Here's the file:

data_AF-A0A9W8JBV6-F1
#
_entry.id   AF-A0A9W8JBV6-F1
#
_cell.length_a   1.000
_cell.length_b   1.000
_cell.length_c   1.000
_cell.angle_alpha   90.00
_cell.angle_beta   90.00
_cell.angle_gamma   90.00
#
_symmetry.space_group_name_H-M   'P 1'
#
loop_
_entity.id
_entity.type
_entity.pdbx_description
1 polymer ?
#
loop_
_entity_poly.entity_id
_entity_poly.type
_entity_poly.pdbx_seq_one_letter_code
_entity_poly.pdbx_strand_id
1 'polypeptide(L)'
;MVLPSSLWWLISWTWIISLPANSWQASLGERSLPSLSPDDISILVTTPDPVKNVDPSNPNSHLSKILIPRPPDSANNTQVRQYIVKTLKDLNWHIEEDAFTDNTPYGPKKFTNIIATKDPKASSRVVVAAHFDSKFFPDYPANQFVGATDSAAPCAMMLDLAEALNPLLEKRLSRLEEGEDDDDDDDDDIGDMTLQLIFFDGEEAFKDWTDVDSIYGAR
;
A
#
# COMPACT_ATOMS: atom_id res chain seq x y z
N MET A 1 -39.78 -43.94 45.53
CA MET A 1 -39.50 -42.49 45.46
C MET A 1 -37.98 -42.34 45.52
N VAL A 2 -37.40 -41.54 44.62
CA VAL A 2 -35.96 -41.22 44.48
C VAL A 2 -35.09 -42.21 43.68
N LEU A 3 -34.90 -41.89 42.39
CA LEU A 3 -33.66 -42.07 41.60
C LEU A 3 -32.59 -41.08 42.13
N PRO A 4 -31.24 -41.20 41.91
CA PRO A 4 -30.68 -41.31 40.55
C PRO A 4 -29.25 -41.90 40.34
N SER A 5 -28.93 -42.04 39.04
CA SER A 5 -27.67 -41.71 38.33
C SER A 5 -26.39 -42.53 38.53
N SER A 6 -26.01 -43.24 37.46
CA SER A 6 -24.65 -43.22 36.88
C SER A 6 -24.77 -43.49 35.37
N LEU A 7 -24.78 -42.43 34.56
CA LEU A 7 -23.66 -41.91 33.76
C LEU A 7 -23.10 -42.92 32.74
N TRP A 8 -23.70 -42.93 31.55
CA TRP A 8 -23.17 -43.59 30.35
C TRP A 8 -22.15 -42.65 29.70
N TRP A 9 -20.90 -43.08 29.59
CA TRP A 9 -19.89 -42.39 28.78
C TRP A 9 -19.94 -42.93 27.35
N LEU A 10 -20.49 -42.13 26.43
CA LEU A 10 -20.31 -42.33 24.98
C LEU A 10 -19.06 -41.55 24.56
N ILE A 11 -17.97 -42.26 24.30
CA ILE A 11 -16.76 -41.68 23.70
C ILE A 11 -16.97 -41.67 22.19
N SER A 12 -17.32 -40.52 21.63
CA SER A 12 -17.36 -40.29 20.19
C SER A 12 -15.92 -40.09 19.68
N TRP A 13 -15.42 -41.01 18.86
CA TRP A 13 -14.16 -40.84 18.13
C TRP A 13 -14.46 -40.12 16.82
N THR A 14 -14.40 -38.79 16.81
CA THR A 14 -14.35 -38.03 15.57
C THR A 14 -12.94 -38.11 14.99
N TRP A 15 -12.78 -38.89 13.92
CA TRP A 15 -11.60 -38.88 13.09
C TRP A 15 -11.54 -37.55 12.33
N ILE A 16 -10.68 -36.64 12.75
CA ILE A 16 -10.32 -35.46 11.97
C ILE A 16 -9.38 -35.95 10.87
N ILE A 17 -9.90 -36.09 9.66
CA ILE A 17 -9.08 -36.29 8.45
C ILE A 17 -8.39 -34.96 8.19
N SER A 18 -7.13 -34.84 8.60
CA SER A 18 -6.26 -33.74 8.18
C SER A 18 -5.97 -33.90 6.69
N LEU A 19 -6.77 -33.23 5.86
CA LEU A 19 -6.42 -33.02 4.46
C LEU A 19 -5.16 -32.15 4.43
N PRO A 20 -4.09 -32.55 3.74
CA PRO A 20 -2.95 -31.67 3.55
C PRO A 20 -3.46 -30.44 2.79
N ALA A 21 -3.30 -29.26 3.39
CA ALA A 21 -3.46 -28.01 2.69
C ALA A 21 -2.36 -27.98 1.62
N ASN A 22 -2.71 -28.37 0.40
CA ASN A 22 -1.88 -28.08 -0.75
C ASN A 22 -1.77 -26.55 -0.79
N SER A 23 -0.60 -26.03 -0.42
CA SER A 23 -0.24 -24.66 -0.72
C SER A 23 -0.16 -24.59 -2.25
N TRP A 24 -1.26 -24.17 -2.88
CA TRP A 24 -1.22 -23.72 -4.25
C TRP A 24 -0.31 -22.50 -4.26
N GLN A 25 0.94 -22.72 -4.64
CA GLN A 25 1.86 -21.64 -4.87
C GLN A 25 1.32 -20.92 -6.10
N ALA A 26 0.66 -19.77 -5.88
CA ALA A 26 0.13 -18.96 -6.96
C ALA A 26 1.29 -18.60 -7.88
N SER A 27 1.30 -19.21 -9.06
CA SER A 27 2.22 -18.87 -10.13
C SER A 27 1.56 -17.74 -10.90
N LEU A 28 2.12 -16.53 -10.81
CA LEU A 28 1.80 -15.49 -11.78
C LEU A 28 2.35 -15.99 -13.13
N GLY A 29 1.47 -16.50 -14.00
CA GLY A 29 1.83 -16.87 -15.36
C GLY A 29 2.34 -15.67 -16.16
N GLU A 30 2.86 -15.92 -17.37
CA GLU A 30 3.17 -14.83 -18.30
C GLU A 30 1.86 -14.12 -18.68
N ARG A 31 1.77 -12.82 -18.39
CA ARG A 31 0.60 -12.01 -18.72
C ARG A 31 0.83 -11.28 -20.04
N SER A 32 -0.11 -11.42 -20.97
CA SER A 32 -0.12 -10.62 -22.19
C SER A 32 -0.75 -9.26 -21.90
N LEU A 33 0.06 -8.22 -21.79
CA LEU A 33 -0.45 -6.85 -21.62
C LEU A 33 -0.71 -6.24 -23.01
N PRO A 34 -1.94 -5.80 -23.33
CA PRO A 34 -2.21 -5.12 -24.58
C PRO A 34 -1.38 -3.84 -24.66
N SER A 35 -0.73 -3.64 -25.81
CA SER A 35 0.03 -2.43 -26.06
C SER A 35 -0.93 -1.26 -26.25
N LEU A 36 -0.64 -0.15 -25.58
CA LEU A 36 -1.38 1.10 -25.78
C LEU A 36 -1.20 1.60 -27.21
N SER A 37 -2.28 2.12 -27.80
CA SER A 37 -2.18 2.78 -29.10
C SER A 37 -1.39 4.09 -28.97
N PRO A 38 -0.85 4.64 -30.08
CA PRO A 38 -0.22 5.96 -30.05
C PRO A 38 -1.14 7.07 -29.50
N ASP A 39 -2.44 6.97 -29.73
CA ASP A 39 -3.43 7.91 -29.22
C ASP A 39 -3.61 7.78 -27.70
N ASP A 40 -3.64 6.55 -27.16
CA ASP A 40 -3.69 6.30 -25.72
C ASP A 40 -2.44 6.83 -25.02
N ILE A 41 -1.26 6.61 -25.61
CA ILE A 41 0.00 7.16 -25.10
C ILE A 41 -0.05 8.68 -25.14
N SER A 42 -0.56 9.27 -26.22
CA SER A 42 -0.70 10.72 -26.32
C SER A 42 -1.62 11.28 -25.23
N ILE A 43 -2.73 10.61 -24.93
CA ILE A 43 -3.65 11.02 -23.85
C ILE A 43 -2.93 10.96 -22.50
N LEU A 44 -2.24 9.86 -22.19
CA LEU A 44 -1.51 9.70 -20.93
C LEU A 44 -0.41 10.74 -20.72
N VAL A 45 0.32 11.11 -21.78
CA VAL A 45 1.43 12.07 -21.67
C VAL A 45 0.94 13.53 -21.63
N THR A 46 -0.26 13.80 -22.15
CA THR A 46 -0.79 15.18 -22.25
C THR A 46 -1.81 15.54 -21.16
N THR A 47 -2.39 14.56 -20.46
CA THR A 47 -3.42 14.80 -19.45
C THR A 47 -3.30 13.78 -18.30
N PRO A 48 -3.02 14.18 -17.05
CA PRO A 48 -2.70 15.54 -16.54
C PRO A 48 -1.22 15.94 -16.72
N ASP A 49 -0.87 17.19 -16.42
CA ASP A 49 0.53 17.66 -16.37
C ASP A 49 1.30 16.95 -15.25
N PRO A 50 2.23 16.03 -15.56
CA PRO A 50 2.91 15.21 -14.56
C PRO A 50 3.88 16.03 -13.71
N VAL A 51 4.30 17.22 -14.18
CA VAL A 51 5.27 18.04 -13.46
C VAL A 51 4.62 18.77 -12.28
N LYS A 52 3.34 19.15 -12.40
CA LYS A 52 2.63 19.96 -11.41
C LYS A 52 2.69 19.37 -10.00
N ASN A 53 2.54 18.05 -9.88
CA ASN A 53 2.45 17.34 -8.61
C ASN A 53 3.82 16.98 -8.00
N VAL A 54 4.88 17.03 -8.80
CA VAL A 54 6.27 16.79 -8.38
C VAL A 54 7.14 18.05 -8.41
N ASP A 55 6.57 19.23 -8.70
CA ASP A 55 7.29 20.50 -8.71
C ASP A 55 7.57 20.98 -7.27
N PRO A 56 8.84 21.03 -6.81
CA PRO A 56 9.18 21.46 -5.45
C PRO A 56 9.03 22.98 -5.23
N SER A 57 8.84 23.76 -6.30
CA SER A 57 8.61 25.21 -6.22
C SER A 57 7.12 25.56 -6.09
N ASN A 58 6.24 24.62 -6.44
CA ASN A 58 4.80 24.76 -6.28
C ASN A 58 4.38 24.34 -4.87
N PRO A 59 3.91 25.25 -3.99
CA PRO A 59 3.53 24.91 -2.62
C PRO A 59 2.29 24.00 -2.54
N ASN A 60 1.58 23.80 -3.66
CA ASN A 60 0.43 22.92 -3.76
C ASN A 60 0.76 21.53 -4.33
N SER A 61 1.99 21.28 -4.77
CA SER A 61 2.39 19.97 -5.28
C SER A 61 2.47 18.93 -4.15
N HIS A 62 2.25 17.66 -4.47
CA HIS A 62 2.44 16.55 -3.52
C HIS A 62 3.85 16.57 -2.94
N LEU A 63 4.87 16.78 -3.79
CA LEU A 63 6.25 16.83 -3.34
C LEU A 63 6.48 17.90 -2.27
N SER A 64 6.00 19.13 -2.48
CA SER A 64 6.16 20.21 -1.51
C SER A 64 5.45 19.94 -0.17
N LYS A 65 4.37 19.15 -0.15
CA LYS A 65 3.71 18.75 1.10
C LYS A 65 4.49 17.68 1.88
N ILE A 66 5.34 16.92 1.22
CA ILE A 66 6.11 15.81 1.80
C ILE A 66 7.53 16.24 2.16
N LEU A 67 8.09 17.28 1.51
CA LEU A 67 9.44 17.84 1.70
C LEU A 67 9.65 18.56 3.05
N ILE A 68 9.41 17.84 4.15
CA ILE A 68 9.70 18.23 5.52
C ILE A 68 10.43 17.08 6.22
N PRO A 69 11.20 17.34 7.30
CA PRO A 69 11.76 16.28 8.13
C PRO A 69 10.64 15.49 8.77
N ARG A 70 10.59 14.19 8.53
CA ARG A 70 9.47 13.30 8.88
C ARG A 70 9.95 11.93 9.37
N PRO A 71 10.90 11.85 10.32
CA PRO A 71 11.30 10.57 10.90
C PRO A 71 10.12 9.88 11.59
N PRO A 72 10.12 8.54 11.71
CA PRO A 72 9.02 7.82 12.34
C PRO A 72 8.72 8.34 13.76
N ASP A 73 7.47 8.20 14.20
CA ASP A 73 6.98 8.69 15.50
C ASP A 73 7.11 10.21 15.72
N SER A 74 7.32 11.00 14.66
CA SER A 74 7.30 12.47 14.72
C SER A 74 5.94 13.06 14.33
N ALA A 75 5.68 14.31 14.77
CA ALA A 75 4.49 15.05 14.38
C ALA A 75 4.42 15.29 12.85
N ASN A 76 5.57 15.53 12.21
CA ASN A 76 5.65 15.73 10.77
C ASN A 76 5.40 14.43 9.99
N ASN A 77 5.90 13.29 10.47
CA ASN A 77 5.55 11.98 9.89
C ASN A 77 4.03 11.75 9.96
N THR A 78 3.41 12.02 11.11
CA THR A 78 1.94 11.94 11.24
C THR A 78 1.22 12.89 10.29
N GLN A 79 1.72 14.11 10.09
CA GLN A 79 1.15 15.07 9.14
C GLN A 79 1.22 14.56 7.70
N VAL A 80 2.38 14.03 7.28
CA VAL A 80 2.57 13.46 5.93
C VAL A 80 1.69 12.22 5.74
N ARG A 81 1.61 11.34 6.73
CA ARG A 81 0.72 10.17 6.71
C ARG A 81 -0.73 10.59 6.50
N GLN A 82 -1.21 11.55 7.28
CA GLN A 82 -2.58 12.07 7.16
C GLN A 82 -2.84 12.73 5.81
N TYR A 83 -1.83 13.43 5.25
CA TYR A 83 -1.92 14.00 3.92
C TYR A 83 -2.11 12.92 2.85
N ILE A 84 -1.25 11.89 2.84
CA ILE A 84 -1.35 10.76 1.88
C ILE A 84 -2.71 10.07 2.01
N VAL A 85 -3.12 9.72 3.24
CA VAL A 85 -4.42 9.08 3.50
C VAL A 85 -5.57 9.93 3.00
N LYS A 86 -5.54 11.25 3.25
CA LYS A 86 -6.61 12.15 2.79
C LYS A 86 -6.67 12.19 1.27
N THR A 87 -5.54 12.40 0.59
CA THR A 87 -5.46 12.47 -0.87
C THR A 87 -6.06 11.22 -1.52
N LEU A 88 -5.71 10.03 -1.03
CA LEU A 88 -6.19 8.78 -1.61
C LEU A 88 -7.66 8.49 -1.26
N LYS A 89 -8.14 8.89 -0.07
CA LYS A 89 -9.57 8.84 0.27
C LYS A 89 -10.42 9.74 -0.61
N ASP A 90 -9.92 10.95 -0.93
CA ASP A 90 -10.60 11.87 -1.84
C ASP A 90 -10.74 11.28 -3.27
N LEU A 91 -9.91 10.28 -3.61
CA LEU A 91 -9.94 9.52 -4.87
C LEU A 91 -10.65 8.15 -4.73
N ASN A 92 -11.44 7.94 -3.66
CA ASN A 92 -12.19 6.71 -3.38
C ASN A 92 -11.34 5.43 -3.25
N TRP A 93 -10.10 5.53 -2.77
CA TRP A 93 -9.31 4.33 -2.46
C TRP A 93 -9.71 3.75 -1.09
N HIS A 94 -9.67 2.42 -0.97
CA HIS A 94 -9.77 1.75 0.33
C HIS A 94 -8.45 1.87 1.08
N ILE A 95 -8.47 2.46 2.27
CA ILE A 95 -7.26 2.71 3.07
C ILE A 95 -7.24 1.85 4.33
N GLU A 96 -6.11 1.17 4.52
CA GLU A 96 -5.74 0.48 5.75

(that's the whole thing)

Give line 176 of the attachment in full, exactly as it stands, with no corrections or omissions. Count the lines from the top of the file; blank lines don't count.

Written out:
CA ASP A 49 0.53 17.66 -16.37